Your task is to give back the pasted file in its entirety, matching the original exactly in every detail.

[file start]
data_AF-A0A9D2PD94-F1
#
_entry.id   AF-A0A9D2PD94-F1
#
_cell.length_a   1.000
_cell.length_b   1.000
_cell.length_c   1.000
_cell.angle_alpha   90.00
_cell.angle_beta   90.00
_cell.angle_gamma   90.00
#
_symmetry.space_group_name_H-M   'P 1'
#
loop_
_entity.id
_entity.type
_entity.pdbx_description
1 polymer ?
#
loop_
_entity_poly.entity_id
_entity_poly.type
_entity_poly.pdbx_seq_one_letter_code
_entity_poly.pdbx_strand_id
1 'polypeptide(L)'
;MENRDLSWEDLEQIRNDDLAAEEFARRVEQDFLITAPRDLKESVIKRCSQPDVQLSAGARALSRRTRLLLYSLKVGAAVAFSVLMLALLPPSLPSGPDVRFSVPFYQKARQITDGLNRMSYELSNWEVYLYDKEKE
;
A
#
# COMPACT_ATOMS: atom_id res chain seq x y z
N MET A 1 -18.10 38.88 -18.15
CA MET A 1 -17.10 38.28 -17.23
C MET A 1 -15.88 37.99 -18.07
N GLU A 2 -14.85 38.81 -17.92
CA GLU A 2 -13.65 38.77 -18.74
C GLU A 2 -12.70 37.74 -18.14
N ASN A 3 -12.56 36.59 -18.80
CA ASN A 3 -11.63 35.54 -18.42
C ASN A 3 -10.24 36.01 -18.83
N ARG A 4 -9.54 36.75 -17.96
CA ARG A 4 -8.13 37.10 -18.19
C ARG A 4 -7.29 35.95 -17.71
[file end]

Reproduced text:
data_AF-A0A9D2PD94-F1
#
_entry.id   AF-A0A9D2PD94-F1
#
_cell.length_a   1.000
_cell.length_b   1.000
_cell.length_c   1.000
_cell.angle_alpha   90.00
_cell.angle_beta   90.00
_cell.angle_gamma   90.00
#
_symmetry.space_group_name_H-M   'P 1'
#
loop_
_entity.id
_entity.type
_entity.pdbx_description
1 polymer ?
#
loop_
_entity_poly.entity_id
_entity_poly.type
_entity_poly.pdbx_seq_one_letter_code
_entity_poly.pdbx_strand_id
1 'polypeptide(L)'
;MENRDLSWEDLEQIRNDDLAAEEFARRVEQDFLITAPRDLKESVIKRCSQPDVQLSAGARALSRRTRLLLYSLKVGAAVAFSVLMLALLPPSLPSGPDVRFSVPFYQKARQITDGLNRMSYELSNWEVYLYDKEKE
;
A
#
# COMPACT_ATOMS: atom_id res chain seq x y z
N MET A 1 -18.10 38.88 -18.15
CA MET A 1 -17.10 38.28 -17.23
C MET A 1 -15.88 37.99 -18.07
N GLU A 2 -14.85 38.81 -17.92
CA GLU A 2 -13.65 38.77 -18.74
C GLU A 2 -12.70 37.74 -18.14
N ASN A 3 -12.56 36.59 -18.80
CA ASN A 3 -11.63 35.54 -18.42
C ASN A 3 -10.24 36.01 -18.83
N ARG A 4 -9.54 36.75 -17.96
CA ARG A 4 -8.13 37.10 -18.19
C ARG A 4 -7.29 35.95 -17.71